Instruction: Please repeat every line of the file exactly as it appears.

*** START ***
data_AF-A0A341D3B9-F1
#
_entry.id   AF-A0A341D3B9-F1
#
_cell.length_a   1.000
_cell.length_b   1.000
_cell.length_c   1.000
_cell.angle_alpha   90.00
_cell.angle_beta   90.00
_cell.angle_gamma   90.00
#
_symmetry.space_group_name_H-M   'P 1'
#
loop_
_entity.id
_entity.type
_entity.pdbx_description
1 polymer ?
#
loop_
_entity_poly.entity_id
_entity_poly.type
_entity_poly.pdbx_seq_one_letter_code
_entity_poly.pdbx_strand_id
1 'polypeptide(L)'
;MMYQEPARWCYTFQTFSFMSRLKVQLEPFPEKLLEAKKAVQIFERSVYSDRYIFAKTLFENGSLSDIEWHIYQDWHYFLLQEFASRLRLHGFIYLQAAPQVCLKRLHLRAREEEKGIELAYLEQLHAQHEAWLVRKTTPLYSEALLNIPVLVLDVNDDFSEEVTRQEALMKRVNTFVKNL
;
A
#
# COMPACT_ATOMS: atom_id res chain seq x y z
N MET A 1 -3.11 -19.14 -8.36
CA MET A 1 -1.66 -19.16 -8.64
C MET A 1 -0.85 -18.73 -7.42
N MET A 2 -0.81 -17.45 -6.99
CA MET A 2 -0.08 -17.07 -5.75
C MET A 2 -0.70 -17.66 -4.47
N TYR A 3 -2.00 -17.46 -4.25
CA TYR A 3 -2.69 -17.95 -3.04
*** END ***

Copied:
data_AF-A0A341D3B9-F1
#
_entry.id   AF-A0A341D3B9-F1
#
_cell.length_a   1.000
_cell.length_b   1.000
_cell.length_c   1.000
_cell.angle_alpha   90.00
_cell.angle_beta   90.00
_cell.angle_gamma   90.00
#
_symmetry.space_group_name_H-M   'P 1'
#
loop_
_entity.id
_entity.type
_entity.pdbx_description
1 polymer ?
#
loop_
_entity_poly.entity_id
_entity_poly.type
_entity_poly.pdbx_seq_one_letter_code
_entity_poly.pdbx_strand_id
1 'polypeptide(L)'
;MMYQEPARWCYTFQTFSFMSRLKVQLEPFPEKLLEAKKAVQIFERSVYSDRYIFAKTLFENGSLSDIEWHIYQDWHYFLLQEFASRLRLHGFIYLQAAPQVCLKRLHLRAREEEKGIELAYLEQLHAQHEAWLVRKTTPLYSEALLNIPVLVLDVNDDFSEEVTRQEALMKRVNTFVKNL
;
A
#
# COMPACT_ATOMS: atom_id res chain seq x y z
N MET A 1 -3.11 -19.14 -8.36
CA MET A 1 -1.66 -19.16 -8.64
C MET A 1 -0.85 -18.73 -7.42
N MET A 2 -0.81 -17.45 -6.99
CA MET A 2 -0.08 -17.07 -5.75
C MET A 2 -0.70 -17.66 -4.47
N TYR A 3 -2.00 -17.46 -4.25
CA TYR A 3 -2.69 -17.95 -3.04